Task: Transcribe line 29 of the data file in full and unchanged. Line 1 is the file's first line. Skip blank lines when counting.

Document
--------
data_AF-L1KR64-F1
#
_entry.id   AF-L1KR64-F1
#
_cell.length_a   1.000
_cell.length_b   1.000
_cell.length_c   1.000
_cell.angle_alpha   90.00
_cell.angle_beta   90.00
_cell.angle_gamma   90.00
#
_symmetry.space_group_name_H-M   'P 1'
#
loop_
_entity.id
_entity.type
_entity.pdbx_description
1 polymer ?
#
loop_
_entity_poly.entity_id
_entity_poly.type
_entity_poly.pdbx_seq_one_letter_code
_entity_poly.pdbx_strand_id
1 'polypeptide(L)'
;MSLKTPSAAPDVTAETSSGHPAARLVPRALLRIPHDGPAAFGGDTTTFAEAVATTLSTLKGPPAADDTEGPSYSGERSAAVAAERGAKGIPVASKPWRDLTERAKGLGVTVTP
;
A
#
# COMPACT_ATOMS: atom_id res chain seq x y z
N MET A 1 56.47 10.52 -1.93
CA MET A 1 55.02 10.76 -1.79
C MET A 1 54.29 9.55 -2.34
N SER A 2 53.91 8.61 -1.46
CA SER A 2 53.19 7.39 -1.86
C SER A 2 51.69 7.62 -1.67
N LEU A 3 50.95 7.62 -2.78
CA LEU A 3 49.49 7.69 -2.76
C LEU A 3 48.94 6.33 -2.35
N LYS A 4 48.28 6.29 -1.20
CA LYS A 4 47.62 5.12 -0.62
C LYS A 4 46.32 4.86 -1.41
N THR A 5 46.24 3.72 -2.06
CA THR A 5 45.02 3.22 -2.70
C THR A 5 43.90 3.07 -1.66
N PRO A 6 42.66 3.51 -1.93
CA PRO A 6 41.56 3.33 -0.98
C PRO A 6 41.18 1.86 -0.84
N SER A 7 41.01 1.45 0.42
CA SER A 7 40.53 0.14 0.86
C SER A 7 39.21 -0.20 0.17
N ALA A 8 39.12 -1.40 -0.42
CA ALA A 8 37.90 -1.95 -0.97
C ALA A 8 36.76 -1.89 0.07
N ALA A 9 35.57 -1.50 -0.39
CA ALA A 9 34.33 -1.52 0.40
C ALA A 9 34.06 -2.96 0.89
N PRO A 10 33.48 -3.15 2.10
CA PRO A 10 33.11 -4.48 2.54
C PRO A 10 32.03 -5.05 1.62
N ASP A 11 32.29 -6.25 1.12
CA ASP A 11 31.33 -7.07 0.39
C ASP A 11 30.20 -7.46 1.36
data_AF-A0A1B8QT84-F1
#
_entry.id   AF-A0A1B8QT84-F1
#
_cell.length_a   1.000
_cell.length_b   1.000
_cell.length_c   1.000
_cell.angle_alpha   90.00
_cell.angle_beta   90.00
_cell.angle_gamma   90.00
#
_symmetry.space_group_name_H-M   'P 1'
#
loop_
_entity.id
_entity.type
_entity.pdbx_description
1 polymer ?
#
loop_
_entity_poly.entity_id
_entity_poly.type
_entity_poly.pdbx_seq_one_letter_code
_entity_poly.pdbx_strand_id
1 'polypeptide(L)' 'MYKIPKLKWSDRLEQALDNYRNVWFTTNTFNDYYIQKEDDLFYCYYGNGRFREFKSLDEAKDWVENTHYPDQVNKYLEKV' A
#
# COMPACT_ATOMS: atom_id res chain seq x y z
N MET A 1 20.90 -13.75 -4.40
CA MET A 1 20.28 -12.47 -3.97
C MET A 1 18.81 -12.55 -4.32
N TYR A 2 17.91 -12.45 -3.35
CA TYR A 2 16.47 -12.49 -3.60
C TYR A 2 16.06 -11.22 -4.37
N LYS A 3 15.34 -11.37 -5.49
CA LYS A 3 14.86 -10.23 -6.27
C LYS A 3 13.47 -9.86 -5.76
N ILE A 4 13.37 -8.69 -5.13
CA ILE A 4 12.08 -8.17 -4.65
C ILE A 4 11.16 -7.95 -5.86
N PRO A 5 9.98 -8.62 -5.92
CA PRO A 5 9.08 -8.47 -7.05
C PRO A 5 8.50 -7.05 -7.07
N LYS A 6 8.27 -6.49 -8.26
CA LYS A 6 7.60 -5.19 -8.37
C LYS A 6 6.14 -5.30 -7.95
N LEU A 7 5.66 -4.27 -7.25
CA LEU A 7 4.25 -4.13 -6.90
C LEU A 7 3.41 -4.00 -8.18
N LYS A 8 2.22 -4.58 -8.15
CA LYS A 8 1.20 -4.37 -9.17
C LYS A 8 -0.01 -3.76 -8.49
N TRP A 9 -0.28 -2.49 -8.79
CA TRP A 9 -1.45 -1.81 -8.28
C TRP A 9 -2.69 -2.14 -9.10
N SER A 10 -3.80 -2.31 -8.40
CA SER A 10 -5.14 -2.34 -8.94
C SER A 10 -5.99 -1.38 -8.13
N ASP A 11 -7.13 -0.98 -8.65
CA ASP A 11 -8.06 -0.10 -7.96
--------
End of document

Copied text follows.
#